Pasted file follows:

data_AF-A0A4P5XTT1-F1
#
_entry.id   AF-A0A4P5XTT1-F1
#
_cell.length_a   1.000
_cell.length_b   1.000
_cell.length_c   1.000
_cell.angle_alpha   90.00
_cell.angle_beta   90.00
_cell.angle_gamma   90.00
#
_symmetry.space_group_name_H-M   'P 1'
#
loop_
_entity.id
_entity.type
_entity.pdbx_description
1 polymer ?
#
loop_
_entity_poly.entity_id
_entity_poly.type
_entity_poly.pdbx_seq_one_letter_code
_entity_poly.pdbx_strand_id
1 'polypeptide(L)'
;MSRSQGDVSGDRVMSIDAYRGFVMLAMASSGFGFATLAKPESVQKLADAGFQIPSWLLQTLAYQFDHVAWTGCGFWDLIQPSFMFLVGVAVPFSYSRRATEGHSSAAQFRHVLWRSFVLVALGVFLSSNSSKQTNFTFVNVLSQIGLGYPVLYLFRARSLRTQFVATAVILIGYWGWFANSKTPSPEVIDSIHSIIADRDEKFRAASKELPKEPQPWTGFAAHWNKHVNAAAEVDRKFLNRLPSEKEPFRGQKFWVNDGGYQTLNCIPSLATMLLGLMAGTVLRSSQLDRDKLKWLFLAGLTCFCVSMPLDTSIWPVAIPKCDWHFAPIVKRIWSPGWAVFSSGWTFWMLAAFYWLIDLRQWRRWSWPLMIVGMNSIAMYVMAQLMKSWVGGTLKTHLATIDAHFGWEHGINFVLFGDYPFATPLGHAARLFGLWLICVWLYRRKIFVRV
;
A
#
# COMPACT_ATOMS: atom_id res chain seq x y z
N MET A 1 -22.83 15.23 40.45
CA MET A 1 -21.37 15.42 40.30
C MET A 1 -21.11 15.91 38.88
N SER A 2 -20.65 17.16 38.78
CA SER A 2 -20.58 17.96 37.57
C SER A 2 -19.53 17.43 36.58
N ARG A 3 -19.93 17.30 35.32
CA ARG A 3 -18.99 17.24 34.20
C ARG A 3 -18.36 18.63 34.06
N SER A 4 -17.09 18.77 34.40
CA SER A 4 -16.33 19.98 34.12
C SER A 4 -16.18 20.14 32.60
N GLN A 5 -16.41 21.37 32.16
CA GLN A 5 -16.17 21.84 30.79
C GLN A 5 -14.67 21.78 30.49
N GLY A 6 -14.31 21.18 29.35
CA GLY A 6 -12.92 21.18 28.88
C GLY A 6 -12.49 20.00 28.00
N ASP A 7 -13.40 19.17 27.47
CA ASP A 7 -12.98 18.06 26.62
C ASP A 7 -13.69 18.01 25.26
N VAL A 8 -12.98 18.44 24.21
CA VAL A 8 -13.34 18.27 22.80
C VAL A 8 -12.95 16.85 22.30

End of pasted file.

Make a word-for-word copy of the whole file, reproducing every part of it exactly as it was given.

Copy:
data_AF-A0A4P5XTT1-F1
#
_entry.id   AF-A0A4P5XTT1-F1
#
_cell.length_a   1.000
_cell.length_b   1.000
_cell.length_c   1.000
_cell.angle_alpha   90.00
_cell.angle_beta   90.00
_cell.angle_gamma   90.00
#
_symmetry.space_group_name_H-M   'P 1'
#
loop_
_entity.id
_entity.type
_entity.pdbx_description
1 polymer ?
#
loop_
_entity_poly.entity_id
_entity_poly.type
_entity_poly.pdbx_seq_one_letter_code
_entity_poly.pdbx_strand_id
1 'polypeptide(L)'
;MSRSQGDVSGDRVMSIDAYRGFVMLAMASSGFGFATLAKPESVQKLADAGFQIPSWLLQTLAYQFDHVAWTGCGFWDLIQPSFMFLVGVAVPFSYSRRATEGHSSAAQFRHVLWRSFVLVALGVFLSSNSSKQTNFTFVNVLSQIGLGYPVLYLFRARSLRTQFVATAVILIGYWGWFANSKTPSPEVIDSIHSIIADRDEKFRAASKELPKEPQPWTGFAAHWNKHVNAAAEVDRKFLNRLPSEKEPFRGQKFWVNDGGYQTLNCIPSLATMLLGLMAGTVLRSSQLDRDKLKWLFLAGLTCFCVSMPLDTSIWPVAIPKCDWHFAPIVKRIWSPGWAVFSSGWTFWMLAAFYWLIDLRQWRRWSWPLMIVGMNSIAMYVMAQLMKSWVGGTLKTHLATIDAHFGWEHGINFVLFGDYPFATPLGHAARLFGLWLICVWLYRRKIFVRV
;
A
#
# COMPACT_ATOMS: atom_id res chain seq x y z
N MET A 1 -22.83 15.23 40.45
CA MET A 1 -21.37 15.42 40.30
C MET A 1 -21.11 15.91 38.88
N SER A 2 -20.65 17.16 38.78
CA SER A 2 -20.58 17.96 37.57
C SER A 2 -19.53 17.43 36.58
N ARG A 3 -19.93 17.30 35.32
CA ARG A 3 -18.99 17.24 34.20
C ARG A 3 -18.36 18.63 34.06
N SER A 4 -17.09 18.77 34.40
CA SER A 4 -16.33 19.98 34.12
C SER A 4 -16.18 20.14 32.60
N GLN A 5 -16.41 21.37 32.16
CA GLN A 5 -16.17 21.84 30.79
C GLN A 5 -14.67 21.78 30.49
N GLY A 6 -14.31 21.18 29.35
CA GLY A 6 -12.92 21.18 28.88
C GLY A 6 -12.49 20.00 28.00
N ASP A 7 -13.40 19.17 27.47
CA ASP A 7 -12.98 18.06 26.62
C ASP A 7 -13.69 18.01 25.26
N VAL A 8 -12.98 18.44 24.21
CA VAL A 8 -13.34 18.27 22.80
C VAL A 8 -12.95 16.85 22.30